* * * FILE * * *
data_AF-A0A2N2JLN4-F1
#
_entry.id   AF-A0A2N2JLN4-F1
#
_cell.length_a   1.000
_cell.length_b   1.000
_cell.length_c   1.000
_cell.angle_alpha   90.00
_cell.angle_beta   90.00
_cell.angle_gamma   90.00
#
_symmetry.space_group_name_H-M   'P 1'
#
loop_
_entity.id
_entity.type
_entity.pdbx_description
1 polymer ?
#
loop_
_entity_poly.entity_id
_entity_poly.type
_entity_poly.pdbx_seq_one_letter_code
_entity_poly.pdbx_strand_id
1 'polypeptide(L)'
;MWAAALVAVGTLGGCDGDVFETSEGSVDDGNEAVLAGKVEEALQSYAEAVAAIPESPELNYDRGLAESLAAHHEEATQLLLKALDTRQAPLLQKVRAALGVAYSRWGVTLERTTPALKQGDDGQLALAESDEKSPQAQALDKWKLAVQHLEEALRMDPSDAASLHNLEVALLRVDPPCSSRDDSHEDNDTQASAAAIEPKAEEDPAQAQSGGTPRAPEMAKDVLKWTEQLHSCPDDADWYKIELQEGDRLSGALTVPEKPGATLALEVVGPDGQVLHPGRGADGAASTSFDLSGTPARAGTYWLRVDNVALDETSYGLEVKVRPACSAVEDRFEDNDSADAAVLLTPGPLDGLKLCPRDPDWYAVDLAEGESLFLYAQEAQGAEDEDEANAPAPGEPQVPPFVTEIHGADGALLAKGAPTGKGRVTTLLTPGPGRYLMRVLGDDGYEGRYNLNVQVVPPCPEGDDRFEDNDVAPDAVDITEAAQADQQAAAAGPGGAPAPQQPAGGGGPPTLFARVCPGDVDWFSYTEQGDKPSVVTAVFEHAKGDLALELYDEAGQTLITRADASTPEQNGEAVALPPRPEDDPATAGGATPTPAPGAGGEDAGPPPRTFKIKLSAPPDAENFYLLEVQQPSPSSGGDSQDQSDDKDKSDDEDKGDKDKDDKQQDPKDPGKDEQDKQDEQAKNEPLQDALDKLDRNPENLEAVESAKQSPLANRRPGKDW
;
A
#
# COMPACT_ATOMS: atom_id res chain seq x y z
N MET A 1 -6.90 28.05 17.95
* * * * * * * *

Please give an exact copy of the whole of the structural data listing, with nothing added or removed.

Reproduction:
data_AF-A0A2N2JLN4-F1
#
_entry.id   AF-A0A2N2JLN4-F1
#
_cell.length_a   1.000
_cell.length_b   1.000
_cell.length_c   1.000
_cell.angle_alpha   90.00
_cell.angle_beta   90.00
_cell.angle_gamma   90.00
#
_symmetry.space_group_name_H-M   'P 1'
#
loop_
_entity.id
_entity.type
_entity.pdbx_description
1 polymer ?
#
loop_
_entity_poly.entity_id
_entity_poly.type
_entity_poly.pdbx_seq_one_letter_code
_entity_poly.pdbx_strand_id
1 'polypeptide(L)'
;MWAAALVAVGTLGGCDGDVFETSEGSVDDGNEAVLAGKVEEALQSYAEAVAAIPESPELNYDRGLAESLAAHHEEATQLLLKALDTRQAPLLQKVRAALGVAYSRWGVTLERTTPALKQGDDGQLALAESDEKSPQAQALDKWKLAVQHLEEALRMDPSDAASLHNLEVALLRVDPPCSSRDDSHEDNDTQASAAAIEPKAEEDPAQAQSGGTPRAPEMAKDVLKWTEQLHSCPDDADWYKIELQEGDRLSGALTVPEKPGATLALEVVGPDGQVLHPGRGADGAASTSFDLSGTPARAGTYWLRVDNVALDETSYGLEVKVRPACSAVEDRFEDNDSADAAVLLTPGPLDGLKLCPRDPDWYAVDLAEGESLFLYAQEAQGAEDEDEANAPAPGEPQVPPFVTEIHGADGALLAKGAPTGKGRVTTLLTPGPGRYLMRVLGDDGYEGRYNLNVQVVPPCPEGDDRFEDNDVAPDAVDITEAAQADQQAAAAGPGGAPAPQQPAGGGGPPTLFARVCPGDVDWFSYTEQGDKPSVVTAVFEHAKGDLALELYDEAGQTLITRADASTPEQNGEAVALPPRPEDDPATAGGATPTPAPGAGGEDAGPPPRTFKIKLSAPPDAENFYLLEVQQPSPSSGGDSQDQSDDKDKSDDEDKGDKDKDDKQQDPKDPGKDEQDKQDEQAKNEPLQDALDKLDRNPENLEAVESAKQSPLANRRPGKDW
;
A
#
# COMPACT_ATOMS: atom_id res chain seq x y z
N MET A 1 -6.90 28.05 17.95